High Earners: Don’t Overlook This Secret Roth IRA Strategy
If you feel like you've missed out on your chance to capture tax-free income in retirement through a Roth IRA (individual retirement account), there's another opportunity for you to jump on. It's called the backdoor Roth IRA, and it may be the perfect solution for you to get your hands on the benefits of a Roth if you're a high earner.
Here's a breakdown of how it all works and why you should consider a backdoor Roth IRA to accelerate your wealth goals.
Roth IRAs are a special brand of retirement accounts that come with tax-free benefits during retirement. You fund the account with after-tax dollars, invest in assets that grow tax-free, and make withdrawals 100% tax-free after you've met the requirements. Imagine building a million-dollar Roth IRA and not having to pay any taxes when you withdraw your money during retirement.
There's only one thing that may be standing in the way of your tax-free treasure, though. The Roth IRA comes with strict income limits that make it hard for high earners to capture these benefits. The more money you make, the less chances you have to make direct contributions to a Roth IRA.
When your income exceeds the threshold, you won't be permanently banned from the Roth IRA club. You may be able to legally sneak your money into the account through the backdoor Roth IRA.
Here's how it works. If you have a traditional IRA or 401(k), you can move those funds to a Roth IRA. This can come in handy if you're trying to shelter your retirement balances from hefty taxes during retirement.
Let's say you have $50,000 in your 401(k). You can do a direct rollover or ask about the 60-day rule. You'll pay taxes on your conversion from a traditional 401(k) to a Roth IRA when you make the switch, but you'll lock in tax-free gains and income later. If you think you'll be in a higher tax bracket later, this may be a smart move for you to make.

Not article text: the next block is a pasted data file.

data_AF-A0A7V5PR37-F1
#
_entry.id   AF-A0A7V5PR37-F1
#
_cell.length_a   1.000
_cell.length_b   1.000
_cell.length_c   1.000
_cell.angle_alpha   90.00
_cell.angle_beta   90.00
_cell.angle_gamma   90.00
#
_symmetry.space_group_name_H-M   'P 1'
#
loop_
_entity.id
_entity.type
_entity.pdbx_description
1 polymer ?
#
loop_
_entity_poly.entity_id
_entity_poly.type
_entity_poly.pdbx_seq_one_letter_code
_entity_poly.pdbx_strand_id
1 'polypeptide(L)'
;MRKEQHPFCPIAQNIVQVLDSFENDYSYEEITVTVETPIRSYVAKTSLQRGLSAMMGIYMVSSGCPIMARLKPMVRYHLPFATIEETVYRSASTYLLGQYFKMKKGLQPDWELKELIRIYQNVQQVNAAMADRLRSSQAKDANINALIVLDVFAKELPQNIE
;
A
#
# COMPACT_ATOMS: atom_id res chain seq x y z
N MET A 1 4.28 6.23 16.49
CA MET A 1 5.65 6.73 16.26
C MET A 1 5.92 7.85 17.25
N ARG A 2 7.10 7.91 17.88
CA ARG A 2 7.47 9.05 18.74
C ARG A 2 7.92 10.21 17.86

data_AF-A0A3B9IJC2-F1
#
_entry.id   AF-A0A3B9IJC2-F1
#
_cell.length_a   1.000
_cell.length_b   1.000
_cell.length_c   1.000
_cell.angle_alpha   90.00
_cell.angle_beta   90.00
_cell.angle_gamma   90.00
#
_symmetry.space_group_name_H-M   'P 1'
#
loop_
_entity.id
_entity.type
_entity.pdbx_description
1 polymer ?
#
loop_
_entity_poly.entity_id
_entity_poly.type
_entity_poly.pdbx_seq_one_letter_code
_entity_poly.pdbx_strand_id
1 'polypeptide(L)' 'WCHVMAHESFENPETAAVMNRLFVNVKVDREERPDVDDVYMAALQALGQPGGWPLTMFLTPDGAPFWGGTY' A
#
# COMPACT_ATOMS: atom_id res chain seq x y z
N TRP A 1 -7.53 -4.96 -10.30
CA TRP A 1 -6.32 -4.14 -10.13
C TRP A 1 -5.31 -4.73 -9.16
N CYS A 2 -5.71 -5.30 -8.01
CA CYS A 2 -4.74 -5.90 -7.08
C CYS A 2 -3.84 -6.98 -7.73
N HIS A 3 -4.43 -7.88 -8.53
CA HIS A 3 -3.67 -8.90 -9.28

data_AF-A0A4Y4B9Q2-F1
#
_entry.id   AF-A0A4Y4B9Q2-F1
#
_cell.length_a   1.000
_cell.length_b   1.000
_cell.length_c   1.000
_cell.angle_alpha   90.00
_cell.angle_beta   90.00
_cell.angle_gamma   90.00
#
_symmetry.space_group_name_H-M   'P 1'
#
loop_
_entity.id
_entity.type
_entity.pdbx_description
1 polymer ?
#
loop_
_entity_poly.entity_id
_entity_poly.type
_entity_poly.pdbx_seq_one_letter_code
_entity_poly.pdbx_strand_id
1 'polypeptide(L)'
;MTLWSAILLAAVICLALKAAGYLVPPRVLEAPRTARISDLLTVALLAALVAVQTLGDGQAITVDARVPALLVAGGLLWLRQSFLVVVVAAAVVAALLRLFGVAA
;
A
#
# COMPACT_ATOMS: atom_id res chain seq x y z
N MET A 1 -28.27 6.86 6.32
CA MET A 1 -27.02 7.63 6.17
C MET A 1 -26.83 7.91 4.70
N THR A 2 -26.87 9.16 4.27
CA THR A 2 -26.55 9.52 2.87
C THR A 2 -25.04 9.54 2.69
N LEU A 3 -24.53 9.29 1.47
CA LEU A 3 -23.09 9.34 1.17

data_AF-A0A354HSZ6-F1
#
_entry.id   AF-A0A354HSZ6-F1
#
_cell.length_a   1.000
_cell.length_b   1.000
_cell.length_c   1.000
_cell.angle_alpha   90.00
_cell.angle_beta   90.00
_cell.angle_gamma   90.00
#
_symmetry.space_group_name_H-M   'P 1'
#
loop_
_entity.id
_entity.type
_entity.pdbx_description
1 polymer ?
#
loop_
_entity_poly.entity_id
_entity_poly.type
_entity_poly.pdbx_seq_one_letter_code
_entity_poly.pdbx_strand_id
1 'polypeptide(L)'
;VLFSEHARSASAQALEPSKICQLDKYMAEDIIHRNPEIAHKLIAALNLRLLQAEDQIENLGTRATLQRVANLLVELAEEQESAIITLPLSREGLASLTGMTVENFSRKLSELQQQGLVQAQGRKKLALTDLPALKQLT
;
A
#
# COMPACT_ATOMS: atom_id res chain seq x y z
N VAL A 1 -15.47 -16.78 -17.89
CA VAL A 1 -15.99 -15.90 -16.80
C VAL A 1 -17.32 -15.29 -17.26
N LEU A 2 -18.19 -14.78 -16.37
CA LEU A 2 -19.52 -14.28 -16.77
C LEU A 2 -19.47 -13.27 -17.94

Another benefit of doing a conversion is that you aren't subject to the annual Roth IRA contribution limits.
For 2022, you can contribute up to $6,000 to a Roth IRA based on your income and filing status. If you're over 50, you can contribute up to $7,000 to your IRA.
You can throw away the contribution limit rules when you do a backdoor Roth IRA. The income limits will also be a thing of the past.
The conversion allows you to quickly pump up your Roth IRA balance. Suppose you have $100,000 in your 401(k). You can pay taxes on the money now and roll it over to a Roth IRA. After the conversion, you will have more money at your disposal to invest in a more expansive list of assets in your Roth IRA.
The type of Roth IRA you choose can make a big difference in your wealth potential. You can look into a Roth IRA at a traditional brokerage firm. This will open doors for you to invest in assets that the brokerage firm offers, such as individual stocks or exchange-traded funds.
You can also check out a self-directed Roth IRA. This will give you access to more exotic assets, such as cryptocurrency and real estate. This is the trick to turning your Roth IRA into a wealth machine.
The main difference between traditional retirement accounts and Roth IRAs are when taxes are paid. For example, a traditional IRA typically allows you to take an up-front tax deduction and pay your tax bill during retirement. However, if you convert your traditional IRA to a Roth IRA and you already received a tax deduction, you'll have to pay income taxes for the year.
There are ways around a hefty tax bill, but it can be tricky if you contribute to other traditional IRA assets like a SEP IRA. You should seek the help of a professional to determine if a backdoor Roth IRA is the best strategy for you before making a move.
A backdoor Roth IRA can be a nice way for high-income households to get around the income limit and build up tax-free wealth. However, if a backdoor Roth IRA is something you want to pursue, you may need to act fast. Last year's Build Back Better plan stirred up conversations about banning Roth conversions through the backdoor Roth IRA, so you never know when this opportunity will expire.
This article was written by Charlene Rhinehart, CPA from The Motley Fool and was legally licensed through the Industry Dive Content Marketplace. Please direct all licensing questions to email@example.com.
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